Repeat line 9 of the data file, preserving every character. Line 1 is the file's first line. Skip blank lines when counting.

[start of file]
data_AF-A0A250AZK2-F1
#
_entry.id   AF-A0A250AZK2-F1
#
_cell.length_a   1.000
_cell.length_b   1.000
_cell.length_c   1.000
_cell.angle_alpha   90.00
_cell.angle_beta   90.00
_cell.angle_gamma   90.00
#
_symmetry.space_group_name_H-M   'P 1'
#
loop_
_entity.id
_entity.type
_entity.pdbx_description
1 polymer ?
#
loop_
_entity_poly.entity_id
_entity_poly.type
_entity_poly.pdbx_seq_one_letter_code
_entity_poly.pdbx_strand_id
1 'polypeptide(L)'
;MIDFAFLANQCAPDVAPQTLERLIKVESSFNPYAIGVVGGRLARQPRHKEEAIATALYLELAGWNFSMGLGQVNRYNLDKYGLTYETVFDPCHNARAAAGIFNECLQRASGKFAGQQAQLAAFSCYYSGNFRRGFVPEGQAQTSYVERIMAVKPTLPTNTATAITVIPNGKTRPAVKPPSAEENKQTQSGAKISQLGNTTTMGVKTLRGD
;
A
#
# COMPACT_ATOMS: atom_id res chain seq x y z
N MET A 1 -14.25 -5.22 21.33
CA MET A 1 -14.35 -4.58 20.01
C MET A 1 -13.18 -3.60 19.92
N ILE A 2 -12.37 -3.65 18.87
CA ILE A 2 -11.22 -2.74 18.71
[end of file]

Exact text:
_cell.angle_beta   90.00